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Res Philosophica

Volume 97, Issue 4, October 2020

Daniel Nolan
Pages 661-685

Imaginative Resistance and Modal Knowledge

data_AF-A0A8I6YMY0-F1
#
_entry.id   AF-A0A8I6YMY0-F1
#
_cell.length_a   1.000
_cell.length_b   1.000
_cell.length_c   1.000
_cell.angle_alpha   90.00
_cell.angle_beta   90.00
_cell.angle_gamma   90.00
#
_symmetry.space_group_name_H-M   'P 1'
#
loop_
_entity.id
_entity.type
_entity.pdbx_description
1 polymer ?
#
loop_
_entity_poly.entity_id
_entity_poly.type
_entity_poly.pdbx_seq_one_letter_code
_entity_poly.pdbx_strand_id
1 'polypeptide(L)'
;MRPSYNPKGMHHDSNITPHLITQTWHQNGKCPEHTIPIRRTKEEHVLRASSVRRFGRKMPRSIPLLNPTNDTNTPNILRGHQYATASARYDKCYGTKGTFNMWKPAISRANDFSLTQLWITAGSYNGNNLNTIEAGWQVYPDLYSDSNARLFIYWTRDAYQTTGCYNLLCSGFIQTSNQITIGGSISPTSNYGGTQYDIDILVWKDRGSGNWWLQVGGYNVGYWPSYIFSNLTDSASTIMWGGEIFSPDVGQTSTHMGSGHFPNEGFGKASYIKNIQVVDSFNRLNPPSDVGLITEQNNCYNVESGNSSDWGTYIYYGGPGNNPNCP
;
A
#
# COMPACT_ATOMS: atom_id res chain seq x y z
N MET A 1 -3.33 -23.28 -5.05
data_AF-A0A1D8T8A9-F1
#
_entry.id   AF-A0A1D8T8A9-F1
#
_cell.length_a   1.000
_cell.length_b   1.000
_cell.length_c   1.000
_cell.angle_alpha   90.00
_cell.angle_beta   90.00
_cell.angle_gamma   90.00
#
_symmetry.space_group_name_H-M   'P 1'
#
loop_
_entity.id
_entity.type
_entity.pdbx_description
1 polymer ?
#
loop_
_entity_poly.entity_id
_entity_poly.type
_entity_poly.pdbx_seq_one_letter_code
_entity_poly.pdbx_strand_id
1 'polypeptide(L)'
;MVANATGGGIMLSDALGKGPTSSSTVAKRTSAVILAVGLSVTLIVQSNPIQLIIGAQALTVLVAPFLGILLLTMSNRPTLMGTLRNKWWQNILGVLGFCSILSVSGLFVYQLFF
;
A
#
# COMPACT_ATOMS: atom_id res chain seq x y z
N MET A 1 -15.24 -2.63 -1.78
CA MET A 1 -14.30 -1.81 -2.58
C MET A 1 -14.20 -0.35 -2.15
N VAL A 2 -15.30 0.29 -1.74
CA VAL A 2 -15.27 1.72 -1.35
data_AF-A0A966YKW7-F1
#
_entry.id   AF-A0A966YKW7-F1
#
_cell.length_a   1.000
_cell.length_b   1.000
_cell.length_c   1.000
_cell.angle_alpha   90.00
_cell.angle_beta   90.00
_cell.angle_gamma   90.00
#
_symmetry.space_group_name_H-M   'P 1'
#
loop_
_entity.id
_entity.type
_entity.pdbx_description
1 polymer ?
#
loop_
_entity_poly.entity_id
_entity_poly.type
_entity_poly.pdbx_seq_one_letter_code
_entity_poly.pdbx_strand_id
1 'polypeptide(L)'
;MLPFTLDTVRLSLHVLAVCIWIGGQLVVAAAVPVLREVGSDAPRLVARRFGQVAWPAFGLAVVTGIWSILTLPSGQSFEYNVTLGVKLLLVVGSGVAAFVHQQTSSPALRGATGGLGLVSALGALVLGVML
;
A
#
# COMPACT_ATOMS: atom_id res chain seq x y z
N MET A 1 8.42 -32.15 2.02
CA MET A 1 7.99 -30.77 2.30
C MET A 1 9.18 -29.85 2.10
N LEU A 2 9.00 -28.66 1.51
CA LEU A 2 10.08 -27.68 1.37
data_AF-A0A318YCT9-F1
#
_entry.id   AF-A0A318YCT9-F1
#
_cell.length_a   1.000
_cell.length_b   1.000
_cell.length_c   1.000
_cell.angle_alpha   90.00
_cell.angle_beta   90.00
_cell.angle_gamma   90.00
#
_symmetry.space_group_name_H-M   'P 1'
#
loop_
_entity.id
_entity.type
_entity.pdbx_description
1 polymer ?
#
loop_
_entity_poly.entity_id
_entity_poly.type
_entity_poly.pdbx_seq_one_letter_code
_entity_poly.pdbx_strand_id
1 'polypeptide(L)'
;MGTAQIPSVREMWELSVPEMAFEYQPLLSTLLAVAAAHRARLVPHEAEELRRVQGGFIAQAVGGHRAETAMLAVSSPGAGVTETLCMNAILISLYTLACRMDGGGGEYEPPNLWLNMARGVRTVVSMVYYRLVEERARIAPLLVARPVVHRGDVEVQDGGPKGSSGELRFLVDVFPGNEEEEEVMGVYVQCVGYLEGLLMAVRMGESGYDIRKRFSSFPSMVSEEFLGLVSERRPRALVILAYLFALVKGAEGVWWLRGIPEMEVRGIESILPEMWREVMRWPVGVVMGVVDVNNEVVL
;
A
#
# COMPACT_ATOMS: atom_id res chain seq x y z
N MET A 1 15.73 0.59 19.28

Readers of fictions sometimes resist taking certain kinds of claims to be true according to those fictions, even when they appear explicitly or follow from applying ordinary principles of interpretation. This “imaginative resistance” is often taken to be significant for a range of philosophical projects outside aesthetics, including giving us evidence about what is possible and what is impossible, as well as the limits of conceivability or readers’ normative commitments. I will argue that this phenomenon cannot do the theoretical work that has been asked of it. Resistance to taking things to be fictional is often best explained by unfamiliarity with kinds of fictions than any representational, normative, or cognitive limits. With training and experience, any understandable proposition can be made fictional and be taken to be fictional by readers. This requires a new understanding both of imaginative resistance and what it might be able to tell us about topics like conceivability or the bounds of possibility.

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